SSH Authorized Keys

Creating The Authorized Keys

If you need to create a private and public ssh key, run the following command.

ssh-keygen -t rsa -b 4096 -C ""

By default, AWS will give you a .pem key when you create your server. The key is automatically added into the authorized keys upon creation. If you like this way, you can keep it, but you can specify it even more if you were going to give your team access too, and wanted an easy way to remove them afterwards instead of using just the same .pem file.

On your computer, we need to retrieve your ssh key. You can do so by using one of the two commands.

# Copy and paste it from terminal
cat ~/.ssh/

# Copy straight to clipboard
pbcopy < ~/.ssh/

Once you have that, ssh into your box the normal way you have been.

ssh -i /path/to/pem

Once logged in, open up your authorized_keys for this deploy user.

vim ~/.ssh/authorized_keys

You will see that one key is already in there, that is because that is the default one you have been using already. What you need to do next is copy and paste the your public ssh key we just got into this file. Each key should be one its own line.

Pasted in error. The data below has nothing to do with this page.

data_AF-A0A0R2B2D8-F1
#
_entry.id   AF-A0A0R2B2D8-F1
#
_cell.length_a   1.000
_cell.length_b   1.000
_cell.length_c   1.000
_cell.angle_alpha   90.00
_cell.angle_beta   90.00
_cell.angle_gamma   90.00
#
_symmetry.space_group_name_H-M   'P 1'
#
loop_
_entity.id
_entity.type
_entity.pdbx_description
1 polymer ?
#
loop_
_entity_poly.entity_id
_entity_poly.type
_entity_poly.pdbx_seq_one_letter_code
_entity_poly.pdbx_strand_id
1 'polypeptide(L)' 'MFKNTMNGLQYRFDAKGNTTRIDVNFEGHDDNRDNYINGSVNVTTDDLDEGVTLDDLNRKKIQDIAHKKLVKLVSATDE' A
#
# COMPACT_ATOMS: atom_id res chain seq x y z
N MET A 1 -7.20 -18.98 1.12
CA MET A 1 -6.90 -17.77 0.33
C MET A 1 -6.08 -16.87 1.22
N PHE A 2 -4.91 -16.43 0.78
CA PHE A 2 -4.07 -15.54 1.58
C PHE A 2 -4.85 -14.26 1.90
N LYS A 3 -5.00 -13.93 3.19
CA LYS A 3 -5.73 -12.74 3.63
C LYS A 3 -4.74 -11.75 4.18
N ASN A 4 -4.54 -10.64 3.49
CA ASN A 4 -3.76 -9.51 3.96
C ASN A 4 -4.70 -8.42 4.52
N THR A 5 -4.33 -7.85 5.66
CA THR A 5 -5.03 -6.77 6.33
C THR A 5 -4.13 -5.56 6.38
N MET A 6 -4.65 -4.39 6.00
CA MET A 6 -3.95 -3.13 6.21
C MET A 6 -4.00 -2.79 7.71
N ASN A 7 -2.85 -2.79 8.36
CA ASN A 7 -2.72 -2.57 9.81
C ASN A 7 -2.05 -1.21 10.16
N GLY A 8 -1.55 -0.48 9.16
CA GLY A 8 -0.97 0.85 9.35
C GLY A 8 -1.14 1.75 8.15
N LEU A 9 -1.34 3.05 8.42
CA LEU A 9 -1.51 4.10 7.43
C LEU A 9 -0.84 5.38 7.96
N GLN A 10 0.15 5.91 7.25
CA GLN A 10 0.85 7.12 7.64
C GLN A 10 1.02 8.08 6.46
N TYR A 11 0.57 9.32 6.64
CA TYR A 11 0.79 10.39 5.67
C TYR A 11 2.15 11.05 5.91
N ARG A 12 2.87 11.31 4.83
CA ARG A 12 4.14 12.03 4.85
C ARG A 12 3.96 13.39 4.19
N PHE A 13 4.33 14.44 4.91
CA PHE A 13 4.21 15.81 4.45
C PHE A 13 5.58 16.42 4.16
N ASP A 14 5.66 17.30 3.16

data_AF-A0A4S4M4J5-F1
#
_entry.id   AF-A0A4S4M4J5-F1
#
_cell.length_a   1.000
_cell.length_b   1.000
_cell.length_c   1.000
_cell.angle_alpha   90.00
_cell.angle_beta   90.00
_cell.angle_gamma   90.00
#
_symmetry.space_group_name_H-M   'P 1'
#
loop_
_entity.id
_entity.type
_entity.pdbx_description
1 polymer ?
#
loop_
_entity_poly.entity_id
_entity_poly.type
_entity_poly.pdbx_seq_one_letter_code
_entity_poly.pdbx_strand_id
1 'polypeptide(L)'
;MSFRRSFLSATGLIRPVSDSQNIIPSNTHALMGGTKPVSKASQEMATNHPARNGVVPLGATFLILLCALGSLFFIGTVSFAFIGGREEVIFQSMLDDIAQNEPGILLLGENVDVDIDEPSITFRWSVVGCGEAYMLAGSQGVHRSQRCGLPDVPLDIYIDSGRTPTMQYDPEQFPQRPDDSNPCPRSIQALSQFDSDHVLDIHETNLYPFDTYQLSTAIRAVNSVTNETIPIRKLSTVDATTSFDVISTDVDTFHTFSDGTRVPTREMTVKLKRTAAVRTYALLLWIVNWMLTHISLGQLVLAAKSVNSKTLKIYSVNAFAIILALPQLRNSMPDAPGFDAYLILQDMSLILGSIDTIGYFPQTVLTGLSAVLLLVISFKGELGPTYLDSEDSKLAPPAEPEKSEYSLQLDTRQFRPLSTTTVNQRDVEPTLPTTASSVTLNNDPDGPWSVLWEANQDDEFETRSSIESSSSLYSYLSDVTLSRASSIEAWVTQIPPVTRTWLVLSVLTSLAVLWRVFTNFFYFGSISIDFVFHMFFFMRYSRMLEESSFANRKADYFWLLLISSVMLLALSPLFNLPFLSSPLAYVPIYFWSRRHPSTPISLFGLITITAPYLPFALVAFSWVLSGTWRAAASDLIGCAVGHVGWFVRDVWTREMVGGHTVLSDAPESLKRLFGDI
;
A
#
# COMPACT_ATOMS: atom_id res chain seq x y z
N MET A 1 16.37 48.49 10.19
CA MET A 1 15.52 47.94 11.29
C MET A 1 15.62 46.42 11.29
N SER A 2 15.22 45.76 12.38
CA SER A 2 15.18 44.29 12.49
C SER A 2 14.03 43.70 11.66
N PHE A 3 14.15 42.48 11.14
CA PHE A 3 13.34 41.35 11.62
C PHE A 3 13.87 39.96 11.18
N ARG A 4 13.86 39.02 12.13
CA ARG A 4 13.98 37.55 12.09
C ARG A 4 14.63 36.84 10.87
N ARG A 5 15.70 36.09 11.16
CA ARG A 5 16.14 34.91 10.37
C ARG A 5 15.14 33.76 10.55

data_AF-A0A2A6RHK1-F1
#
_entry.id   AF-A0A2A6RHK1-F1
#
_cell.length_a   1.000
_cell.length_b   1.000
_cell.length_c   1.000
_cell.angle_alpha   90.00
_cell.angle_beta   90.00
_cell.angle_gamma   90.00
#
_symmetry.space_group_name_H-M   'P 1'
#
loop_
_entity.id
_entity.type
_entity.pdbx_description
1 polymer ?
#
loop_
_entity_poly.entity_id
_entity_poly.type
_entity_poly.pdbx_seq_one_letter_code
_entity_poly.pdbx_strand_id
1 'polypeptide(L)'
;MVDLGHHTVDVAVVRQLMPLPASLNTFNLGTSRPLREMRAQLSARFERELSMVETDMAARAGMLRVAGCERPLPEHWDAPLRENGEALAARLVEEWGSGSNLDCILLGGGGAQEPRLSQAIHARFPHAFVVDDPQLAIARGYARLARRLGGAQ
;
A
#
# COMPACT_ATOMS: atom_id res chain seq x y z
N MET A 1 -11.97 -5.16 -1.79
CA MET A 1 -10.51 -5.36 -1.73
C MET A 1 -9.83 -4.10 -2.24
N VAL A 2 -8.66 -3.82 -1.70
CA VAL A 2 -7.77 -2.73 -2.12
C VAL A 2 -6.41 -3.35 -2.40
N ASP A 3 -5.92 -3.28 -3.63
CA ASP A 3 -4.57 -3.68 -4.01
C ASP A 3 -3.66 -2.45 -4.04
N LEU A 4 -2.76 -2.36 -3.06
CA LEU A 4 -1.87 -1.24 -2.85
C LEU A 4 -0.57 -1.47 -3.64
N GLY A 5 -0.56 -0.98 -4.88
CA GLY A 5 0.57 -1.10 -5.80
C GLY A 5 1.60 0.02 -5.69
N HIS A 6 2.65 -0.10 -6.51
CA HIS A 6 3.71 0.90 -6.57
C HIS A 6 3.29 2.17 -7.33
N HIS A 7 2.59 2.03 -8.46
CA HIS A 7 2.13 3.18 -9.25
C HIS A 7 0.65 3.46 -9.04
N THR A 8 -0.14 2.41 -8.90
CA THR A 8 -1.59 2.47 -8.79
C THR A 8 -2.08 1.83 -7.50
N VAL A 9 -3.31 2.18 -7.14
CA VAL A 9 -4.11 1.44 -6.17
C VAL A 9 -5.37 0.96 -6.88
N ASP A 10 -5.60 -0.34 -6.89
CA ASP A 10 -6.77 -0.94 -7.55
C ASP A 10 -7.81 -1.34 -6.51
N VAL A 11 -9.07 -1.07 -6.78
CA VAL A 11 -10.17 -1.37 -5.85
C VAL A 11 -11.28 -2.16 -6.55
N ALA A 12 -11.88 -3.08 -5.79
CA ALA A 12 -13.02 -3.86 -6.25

Now log out and try the following command. If this works, everything was done correctly and you can now use your SSH keys instead of a static key file. In a team environment, delete and add keys as members come and go.


Disable Password Authentication

Your system still may be using passwords which can have security loop whole in a brute force attack. Make sure to disable empty passwords along with password authentication, PAM, and ChallengeResponseAuthentication.

sudo vim /etc/ssh/sshd_config
# To enable empty passwords, change to yes (NOT RECOMMENDED)
PermitEmptyPasswords no

# Change to no to disable tunnelled clear text passwords
PasswordAuthentication no

ChallengeResponseAuthentication no
UsePAM no
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